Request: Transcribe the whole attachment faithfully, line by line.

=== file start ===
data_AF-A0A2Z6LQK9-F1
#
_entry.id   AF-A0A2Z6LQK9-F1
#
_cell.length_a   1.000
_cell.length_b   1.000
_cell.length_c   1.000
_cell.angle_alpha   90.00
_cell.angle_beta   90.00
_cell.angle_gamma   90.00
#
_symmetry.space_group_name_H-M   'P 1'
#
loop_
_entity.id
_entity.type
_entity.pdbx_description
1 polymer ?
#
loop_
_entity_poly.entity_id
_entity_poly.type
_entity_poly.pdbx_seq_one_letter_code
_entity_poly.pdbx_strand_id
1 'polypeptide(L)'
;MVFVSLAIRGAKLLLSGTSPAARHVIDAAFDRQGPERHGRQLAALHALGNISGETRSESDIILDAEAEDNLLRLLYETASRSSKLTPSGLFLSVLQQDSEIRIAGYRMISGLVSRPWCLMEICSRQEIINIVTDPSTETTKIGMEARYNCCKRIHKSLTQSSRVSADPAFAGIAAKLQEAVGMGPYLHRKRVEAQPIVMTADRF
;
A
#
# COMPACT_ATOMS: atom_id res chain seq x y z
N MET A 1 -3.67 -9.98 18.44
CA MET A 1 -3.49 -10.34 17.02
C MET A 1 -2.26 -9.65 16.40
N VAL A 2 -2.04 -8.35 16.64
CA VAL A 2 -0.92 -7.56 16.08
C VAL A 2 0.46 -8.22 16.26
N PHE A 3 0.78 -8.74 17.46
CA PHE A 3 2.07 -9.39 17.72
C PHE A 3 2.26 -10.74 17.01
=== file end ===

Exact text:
data_AF-A0A2Z6LQK9-F1
#
_entry.id   AF-A0A2Z6LQK9-F1
#
_cell.length_a   1.000
_cell.length_b   1.000
_cell.length_c   1.000
_cell.angle_alpha   90.00
_cell.angle_beta   90.00
_cell.angle_gamma   90.00
#
_symmetry.space_group_name_H-M   'P 1'
#
loop_
_entity.id
_entity.type
_entity.pdbx_description
1 polymer ?
#
loop_
_entity_poly.entity_id
_entity_poly.type
_entity_poly.pdbx_seq_one_letter_code
_entity_poly.pdbx_strand_id
1 'polypeptide(L)'
;MVFVSLAIRGAKLLLSGTSPAARHVIDAAFDRQGPERHGRQLAALHALGNISGETRSESDIILDAEAEDNLLRLLYETASRSSKLTPSGLFLSVLQQDSEIRIAGYRMISGLVSRPWCLMEICSRQEIINIVTDPSTETTKIGMEARYNCCKRIHKSLTQSSRVSADPAFAGIAAKLQEAVGMGPYLHRKRVEAQPIVMTADRF
;
A
#
# COMPACT_ATOMS: atom_id res chain seq x y z
N MET A 1 -3.67 -9.98 18.44
CA MET A 1 -3.49 -10.34 17.02
C MET A 1 -2.26 -9.65 16.40
N VAL A 2 -2.04 -8.35 16.64
CA VAL A 2 -0.92 -7.56 16.08
C VAL A 2 0.46 -8.22 16.26
N PHE A 3 0.78 -8.74 17.46
CA PHE A 3 2.07 -9.39 17.72
C PHE A 3 2.26 -10.74 17.01